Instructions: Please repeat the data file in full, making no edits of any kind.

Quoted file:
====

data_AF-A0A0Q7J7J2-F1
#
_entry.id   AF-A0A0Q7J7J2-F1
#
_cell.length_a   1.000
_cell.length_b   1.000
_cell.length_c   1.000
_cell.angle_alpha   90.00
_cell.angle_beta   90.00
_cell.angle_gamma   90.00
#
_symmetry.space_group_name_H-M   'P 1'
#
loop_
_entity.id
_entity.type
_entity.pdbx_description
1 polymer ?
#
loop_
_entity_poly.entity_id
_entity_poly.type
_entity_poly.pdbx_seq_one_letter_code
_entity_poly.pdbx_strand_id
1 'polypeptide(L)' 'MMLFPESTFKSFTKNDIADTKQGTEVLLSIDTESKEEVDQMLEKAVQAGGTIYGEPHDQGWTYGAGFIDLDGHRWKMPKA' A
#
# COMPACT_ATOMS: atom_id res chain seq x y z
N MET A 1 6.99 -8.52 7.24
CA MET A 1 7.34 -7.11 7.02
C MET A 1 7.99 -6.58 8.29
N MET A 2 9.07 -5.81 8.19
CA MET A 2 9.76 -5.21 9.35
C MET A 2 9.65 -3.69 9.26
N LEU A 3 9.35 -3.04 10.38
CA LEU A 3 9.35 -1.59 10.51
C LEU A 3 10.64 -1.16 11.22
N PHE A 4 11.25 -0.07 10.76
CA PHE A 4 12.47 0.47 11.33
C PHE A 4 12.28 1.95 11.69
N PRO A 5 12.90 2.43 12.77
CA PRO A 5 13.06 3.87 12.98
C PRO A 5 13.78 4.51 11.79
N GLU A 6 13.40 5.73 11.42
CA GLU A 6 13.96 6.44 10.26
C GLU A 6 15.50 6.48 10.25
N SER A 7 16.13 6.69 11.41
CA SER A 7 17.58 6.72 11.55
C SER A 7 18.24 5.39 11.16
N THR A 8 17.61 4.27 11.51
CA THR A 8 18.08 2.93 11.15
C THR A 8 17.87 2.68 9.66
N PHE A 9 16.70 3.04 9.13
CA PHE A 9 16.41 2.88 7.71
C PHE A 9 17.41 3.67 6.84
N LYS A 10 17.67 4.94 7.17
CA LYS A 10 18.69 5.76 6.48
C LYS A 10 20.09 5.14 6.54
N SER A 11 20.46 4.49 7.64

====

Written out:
data_AF-A0A0Q7J7J2-F1
#
_entry.id   AF-A0A0Q7J7J2-F1
#
_cell.length_a   1.000
_cell.length_b   1.000
_cell.length_c   1.000
_cell.angle_alpha   90.00
_cell.angle_beta   90.00
_cell.angle_gamma   90.00
#
_symmetry.space_group_name_H-M   'P 1'
#
loop_
_entity.id
_entity.type
_entity.pdbx_description
1 polymer ?
#
loop_
_entity_poly.entity_id
_entity_poly.type
_entity_poly.pdbx_seq_one_letter_code
_entity_poly.pdbx_strand_id
1 'polypeptide(L)' 'MMLFPESTFKSFTKNDIADTKQGTEVLLSIDTESKEEVDQMLEKAVQAGGTIYGEPHDQGWTYGAGFIDLDGHRWKMPKA' A
#
# COMPACT_ATOMS: atom_id res chain seq x y z
N MET A 1 6.99 -8.52 7.24
CA MET A 1 7.34 -7.11 7.02
C MET A 1 7.99 -6.58 8.29
N MET A 2 9.07 -5.81 8.19
CA MET A 2 9.76 -5.21 9.35
C MET A 2 9.65 -3.69 9.26
N LEU A 3 9.35 -3.04 10.38
CA LEU A 3 9.35 -1.59 10.51
C LEU A 3 10.64 -1.16 11.22
N PHE A 4 11.25 -0.07 10.76
CA PHE A 4 12.47 0.47 11.33
C PHE A 4 12.28 1.95 11.69
N PRO A 5 12.90 2.43 12.77
CA PRO A 5 13.06 3.87 12.98
C PRO A 5 13.78 4.51 11.79
N GLU A 6 13.40 5.73 11.42
CA GLU A 6 13.96 6.44 10.26
C GLU A 6 15.50 6.48 10.25
N SER A 7 16.13 6.69 11.41
CA SER A 7 17.58 6.72 11.55
C SER A 7 18.24 5.39 11.16
N THR A 8 17.61 4.27 11.51
CA THR A 8 18.08 2.93 11.15
C THR A 8 17.87 2.68 9.66
N PHE A 9 16.70 3.04 9.13
CA PHE A 9 16.41 2.88 7.71
C PHE A 9 17.41 3.67 6.84
N LYS A 10 17.67 4.94 7.17
CA LYS A 10 18.69 5.76 6.48
C LYS A 10 20.09 5.14 6.54
N SER A 11 20.46 4.49 7.64